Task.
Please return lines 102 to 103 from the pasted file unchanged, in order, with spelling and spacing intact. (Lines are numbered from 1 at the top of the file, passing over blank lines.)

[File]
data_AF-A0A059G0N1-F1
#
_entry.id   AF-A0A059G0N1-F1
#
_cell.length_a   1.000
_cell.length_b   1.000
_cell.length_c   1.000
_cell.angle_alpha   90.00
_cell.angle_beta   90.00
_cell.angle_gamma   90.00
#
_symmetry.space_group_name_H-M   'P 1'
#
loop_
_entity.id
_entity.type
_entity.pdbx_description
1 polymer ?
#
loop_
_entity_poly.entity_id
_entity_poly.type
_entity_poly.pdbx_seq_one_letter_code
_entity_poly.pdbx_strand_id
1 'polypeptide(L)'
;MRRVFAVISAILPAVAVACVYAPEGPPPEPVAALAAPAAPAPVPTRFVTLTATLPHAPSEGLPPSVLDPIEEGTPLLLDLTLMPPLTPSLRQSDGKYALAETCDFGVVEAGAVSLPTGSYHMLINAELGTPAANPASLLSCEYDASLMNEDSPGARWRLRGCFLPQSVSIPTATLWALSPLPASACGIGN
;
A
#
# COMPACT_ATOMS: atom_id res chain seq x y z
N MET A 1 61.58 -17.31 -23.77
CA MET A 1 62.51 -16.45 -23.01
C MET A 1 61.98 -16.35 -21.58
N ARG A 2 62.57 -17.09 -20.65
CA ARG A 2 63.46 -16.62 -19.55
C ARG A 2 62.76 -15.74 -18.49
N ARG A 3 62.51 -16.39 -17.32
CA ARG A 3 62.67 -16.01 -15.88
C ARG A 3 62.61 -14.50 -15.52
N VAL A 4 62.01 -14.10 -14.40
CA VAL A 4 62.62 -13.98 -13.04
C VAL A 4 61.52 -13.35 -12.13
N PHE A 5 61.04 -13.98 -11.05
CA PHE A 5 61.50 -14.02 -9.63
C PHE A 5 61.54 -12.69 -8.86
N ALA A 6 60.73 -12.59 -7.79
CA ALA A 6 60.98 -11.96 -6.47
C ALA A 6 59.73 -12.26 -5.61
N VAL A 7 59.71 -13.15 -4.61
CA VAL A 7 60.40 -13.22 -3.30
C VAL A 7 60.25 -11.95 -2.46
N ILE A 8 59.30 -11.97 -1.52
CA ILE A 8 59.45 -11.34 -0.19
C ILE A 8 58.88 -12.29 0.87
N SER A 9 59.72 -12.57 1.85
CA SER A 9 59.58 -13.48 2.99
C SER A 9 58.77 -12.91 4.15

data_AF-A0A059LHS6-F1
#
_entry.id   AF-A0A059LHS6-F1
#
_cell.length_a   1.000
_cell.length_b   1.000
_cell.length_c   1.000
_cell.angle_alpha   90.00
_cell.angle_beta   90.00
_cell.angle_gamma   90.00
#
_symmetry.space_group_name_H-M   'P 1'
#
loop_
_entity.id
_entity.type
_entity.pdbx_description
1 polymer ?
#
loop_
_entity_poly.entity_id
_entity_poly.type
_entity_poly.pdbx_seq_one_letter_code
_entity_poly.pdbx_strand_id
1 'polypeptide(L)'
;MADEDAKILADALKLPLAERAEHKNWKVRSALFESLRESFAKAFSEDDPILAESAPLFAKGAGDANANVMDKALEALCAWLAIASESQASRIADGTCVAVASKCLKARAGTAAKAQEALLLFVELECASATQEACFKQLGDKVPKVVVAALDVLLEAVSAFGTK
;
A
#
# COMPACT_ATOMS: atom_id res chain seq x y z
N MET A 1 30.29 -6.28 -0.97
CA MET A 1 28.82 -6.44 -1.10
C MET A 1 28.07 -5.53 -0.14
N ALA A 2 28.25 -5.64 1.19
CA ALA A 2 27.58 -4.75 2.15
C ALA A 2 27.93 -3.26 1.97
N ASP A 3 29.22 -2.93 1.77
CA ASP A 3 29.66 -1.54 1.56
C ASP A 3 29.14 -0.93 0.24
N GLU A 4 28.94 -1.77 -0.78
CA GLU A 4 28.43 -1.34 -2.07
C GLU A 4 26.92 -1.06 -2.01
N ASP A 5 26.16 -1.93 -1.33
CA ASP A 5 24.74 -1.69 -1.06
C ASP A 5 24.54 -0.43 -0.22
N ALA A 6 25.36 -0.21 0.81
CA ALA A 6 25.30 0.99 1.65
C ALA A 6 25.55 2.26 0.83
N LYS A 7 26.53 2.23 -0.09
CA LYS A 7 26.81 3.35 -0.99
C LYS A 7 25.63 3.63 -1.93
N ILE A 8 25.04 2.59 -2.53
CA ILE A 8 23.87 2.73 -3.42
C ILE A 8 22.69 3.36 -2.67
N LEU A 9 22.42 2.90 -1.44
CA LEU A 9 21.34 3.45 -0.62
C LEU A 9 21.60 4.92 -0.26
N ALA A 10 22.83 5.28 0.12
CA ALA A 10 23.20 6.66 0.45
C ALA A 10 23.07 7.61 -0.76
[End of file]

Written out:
C ASP A 5 24.54 -0.43 -0.22
N ALA A 6 25.36 -0.21 0.81